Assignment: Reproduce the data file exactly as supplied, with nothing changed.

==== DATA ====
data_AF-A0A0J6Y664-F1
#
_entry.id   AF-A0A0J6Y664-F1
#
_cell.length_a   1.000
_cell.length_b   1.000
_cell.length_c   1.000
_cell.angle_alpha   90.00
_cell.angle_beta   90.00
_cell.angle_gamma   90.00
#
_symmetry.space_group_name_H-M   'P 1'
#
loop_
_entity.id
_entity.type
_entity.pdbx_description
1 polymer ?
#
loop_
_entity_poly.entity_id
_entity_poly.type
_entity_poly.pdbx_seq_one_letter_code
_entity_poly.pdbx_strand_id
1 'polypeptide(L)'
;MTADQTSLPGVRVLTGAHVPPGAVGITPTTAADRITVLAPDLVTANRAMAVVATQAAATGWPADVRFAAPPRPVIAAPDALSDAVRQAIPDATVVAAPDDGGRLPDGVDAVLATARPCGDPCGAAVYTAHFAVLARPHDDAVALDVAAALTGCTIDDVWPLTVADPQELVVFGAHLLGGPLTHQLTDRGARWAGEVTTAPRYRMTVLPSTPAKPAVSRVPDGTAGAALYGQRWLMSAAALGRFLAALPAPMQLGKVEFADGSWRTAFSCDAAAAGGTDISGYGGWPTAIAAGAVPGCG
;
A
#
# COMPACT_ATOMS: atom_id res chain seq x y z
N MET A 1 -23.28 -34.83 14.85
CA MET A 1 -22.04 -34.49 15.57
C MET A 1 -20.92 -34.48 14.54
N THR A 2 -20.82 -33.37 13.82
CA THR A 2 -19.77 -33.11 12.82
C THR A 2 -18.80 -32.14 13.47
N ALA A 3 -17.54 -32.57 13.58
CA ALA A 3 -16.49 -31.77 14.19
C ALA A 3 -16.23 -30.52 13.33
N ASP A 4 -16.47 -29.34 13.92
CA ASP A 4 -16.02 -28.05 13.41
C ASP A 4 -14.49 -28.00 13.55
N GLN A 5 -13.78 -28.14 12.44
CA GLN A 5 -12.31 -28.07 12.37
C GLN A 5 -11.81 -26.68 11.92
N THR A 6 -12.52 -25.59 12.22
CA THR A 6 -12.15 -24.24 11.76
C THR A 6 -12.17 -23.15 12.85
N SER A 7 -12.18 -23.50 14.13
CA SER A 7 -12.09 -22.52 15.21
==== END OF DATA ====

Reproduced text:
data_AF-A0A0J6Y664-F1
#
_entry.id   AF-A0A0J6Y664-F1
#
_cell.length_a   1.000
_cell.length_b   1.000
_cell.length_c   1.000
_cell.angle_alpha   90.00
_cell.angle_beta   90.00
_cell.angle_gamma   90.00
#
_symmetry.space_group_name_H-M   'P 1'
#
loop_
_entity.id
_entity.type
_entity.pdbx_description
1 polymer ?
#
loop_
_entity_poly.entity_id
_entity_poly.type
_entity_poly.pdbx_seq_one_letter_code
_entity_poly.pdbx_strand_id
1 'polypeptide(L)'
;MTADQTSLPGVRVLTGAHVPPGAVGITPTTAADRITVLAPDLVTANRAMAVVATQAAATGWPADVRFAAPPRPVIAAPDALSDAVRQAIPDATVVAAPDDGGRLPDGVDAVLATARPCGDPCGAAVYTAHFAVLARPHDDAVALDVAAALTGCTIDDVWPLTVADPQELVVFGAHLLGGPLTHQLTDRGARWAGEVTTAPRYRMTVLPSTPAKPAVSRVPDGTAGAALYGQRWLMSAAALGRFLAALPAPMQLGKVEFADGSWRTAFSCDAAAAGGTDISGYGGWPTAIAAGAVPGCG
;
A
#
# COMPACT_ATOMS: atom_id res chain seq x y z
N MET A 1 -23.28 -34.83 14.85
CA MET A 1 -22.04 -34.49 15.57
C MET A 1 -20.92 -34.48 14.54
N THR A 2 -20.82 -33.37 13.82
CA THR A 2 -19.77 -33.11 12.82
C THR A 2 -18.80 -32.14 13.47
N ALA A 3 -17.54 -32.57 13.58
CA ALA A 3 -16.49 -31.77 14.19
C ALA A 3 -16.23 -30.52 13.33
N ASP A 4 -16.47 -29.34 13.92
CA ASP A 4 -16.02 -28.05 13.41
C ASP A 4 -14.49 -28.00 13.55
N GLN A 5 -13.78 -28.14 12.44
CA GLN A 5 -12.31 -28.07 12.37
C GLN A 5 -11.81 -26.68 11.92
N THR A 6 -12.52 -25.59 12.22
CA THR A 6 -12.15 -24.24 11.76
C THR A 6 -12.17 -23.15 12.85
N SER A 7 -12.18 -23.50 14.13
CA SER A 7 -12.09 -22.52 15.21